Being Bipolar, TV review: At last, a hug that isn't a telly moment, but genuine, warm and human

Philippa Perry, psychotherapist and wife of Grayson, convinced three people with bipolar disorder to talk to her in front of the cameras about their illness

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The Independent Culture

In the past few years, Channel 4's cameras have been inside bloody accident and emergency wards, across some of Britons' stranger ailments and embarrassing bodies and generally provided intimate portrayals of human bodies at their most vulnerable.

Bravo then to Philippa Perry, psychotherapist and wife of Grayson, for upping the ante – in a good way – and convincing three people with bipolar disorder to talk to her in front of the cameras about their illness.

Perry is interested to know what would happen if people with bipolar are treated not with bagfuls of prescriptions, but by therapy. That was actually more of a subplot though. The important element was presenting three people's different experiences of bipolar life, approached with the steady emotional approach of a therapist.

We met Paul, a businessman who'd won dozens of golf trophies as an amateur and made millions before being diagnosed. We met him during a manic period, where he told Perry his plans for turning a hotel into a big house for him, Moses and Jesus with a guest room for the Pope. (Paul, interestingly, has previously featured on TV – a 2004 True Stories film, A Bipolar Expedition, in which he invited 12 Ukrainian women to a castle in Jamaica with the hope of making one a wife.) Six months later, having been released from a mental health unit, we saw him when down – a different man –amazed at the incoherence of his manic persona.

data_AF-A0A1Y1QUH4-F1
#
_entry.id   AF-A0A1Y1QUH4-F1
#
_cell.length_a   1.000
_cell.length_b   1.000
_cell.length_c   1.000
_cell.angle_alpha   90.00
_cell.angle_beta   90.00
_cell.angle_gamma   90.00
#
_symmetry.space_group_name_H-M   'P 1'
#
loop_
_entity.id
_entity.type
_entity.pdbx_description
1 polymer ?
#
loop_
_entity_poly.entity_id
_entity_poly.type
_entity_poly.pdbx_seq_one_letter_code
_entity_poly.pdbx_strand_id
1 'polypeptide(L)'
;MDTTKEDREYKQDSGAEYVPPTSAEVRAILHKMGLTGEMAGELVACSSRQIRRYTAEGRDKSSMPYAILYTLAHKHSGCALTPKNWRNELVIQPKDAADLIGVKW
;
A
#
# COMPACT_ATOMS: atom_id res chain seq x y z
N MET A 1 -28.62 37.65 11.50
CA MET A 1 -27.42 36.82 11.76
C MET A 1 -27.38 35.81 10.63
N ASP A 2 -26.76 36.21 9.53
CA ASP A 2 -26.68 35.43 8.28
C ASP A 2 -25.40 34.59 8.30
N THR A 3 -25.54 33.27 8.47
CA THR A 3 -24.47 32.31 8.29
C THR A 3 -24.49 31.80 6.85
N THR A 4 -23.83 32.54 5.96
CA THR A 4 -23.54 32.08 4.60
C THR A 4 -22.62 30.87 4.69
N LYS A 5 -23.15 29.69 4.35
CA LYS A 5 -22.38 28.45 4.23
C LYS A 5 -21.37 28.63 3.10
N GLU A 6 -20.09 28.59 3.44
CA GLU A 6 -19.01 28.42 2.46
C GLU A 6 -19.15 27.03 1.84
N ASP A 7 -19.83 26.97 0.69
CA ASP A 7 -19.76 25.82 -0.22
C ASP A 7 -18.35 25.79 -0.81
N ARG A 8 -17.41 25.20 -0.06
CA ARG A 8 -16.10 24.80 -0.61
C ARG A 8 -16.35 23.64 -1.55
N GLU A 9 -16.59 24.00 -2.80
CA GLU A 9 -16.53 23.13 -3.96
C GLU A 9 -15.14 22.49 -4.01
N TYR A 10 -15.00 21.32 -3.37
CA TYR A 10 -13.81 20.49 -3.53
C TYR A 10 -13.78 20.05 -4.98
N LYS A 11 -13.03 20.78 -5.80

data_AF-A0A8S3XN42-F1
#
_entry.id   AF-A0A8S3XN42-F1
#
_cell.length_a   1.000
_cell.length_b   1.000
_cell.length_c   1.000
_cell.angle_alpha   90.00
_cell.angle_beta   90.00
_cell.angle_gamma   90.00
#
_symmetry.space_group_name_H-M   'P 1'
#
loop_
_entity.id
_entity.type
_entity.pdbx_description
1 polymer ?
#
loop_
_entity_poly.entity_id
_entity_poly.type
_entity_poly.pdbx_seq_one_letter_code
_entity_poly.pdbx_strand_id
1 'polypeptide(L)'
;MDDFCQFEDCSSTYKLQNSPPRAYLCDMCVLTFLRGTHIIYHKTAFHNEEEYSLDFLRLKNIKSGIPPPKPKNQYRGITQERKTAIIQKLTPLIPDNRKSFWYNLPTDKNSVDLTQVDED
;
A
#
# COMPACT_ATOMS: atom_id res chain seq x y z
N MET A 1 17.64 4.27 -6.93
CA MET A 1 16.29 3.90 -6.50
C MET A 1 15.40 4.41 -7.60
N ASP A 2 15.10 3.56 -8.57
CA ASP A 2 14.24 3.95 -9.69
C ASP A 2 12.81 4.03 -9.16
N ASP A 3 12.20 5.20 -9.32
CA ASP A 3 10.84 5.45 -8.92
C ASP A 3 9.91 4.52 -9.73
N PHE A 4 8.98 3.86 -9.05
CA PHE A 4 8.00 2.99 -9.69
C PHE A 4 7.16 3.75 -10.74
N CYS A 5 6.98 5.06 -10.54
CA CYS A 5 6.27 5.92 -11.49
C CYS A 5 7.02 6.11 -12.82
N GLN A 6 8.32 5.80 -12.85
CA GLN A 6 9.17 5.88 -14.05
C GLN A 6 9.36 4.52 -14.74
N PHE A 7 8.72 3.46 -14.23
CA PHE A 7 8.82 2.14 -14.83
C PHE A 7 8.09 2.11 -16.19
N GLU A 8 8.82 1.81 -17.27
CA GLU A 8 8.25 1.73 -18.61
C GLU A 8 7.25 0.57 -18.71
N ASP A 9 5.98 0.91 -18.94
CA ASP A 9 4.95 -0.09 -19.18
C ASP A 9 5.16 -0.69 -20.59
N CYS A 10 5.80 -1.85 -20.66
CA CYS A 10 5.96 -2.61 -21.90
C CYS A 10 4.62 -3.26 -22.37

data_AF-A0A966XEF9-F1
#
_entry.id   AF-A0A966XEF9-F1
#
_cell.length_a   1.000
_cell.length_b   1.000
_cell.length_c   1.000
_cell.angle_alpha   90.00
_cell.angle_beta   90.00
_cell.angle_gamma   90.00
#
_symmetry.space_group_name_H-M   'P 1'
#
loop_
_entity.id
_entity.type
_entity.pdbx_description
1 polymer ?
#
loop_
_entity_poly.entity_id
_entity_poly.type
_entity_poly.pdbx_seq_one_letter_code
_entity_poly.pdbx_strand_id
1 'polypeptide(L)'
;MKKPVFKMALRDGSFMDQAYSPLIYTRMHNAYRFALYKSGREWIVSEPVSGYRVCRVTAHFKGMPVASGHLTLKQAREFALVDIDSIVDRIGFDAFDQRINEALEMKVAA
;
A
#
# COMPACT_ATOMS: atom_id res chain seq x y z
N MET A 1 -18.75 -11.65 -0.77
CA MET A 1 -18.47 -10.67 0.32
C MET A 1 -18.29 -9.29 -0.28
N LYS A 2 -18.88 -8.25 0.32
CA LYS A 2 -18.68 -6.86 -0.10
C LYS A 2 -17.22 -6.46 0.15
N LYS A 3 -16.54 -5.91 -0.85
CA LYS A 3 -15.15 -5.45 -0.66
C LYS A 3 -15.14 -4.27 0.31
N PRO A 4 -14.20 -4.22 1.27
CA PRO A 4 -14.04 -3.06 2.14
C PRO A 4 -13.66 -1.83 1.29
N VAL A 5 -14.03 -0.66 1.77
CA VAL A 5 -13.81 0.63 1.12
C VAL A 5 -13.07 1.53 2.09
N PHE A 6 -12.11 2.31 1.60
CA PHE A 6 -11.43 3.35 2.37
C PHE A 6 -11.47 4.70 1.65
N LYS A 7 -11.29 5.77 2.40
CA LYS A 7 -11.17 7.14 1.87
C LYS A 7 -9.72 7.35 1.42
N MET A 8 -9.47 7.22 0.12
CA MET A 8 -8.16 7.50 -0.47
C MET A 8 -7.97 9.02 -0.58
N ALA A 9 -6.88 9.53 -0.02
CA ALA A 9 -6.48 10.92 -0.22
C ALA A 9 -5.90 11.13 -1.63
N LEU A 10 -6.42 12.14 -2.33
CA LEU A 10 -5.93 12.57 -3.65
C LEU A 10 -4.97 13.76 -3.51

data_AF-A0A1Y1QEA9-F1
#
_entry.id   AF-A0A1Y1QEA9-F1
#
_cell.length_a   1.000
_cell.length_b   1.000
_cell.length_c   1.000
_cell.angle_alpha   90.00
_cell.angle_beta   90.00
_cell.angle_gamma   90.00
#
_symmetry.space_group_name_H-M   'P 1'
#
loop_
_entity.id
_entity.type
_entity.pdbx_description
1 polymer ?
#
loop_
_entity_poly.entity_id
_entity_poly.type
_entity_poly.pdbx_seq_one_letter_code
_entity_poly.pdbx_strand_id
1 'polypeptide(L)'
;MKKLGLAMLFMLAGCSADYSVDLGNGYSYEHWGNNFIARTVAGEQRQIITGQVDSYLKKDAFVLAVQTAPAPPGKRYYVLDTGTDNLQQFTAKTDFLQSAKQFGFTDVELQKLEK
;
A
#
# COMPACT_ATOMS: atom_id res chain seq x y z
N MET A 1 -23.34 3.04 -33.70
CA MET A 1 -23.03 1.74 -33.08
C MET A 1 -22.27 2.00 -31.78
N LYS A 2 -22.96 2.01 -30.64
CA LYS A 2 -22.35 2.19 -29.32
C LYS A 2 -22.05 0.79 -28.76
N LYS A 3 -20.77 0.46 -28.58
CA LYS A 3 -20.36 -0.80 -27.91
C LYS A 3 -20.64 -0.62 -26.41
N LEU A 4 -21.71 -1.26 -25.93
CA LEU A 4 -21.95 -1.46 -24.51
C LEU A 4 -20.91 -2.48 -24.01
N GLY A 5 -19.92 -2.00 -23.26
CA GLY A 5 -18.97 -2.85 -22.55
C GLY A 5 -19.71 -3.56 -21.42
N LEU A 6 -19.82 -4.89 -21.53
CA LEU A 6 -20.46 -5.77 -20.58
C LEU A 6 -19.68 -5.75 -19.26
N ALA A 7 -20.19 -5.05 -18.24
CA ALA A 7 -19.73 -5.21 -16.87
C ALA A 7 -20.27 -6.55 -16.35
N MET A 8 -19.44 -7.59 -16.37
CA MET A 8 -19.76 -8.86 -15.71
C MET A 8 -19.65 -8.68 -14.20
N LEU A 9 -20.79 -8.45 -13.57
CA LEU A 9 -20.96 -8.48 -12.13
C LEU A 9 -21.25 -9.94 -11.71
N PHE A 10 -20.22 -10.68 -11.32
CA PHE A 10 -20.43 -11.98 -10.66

Then there was Sian – who credited her prescriptions with saving her life – but needed something else to help her. Could therapy change her prospects?

Hardest to watch was 36-year-old musician Ashley, whose swings between mania and depression and back were so frequent that we literally watched them happening as he was being interviewed.

It felt incredibly intimate, and well done to the three people featured for being brave enough to show their struggles on TV. Normally it's a platitude, but you could see that watching this ought to increase public understanding of an often misunderstood condition. At least a notch.

Perry is great, too. Smart, human, compassionate, but not too compassionate. She hugged Sian after her successful first session of therapy and it wasn't just a telly moment, but a genuine, warm, human one.

And some going, too, that two of Channel 4's current best documentarians share a bed.

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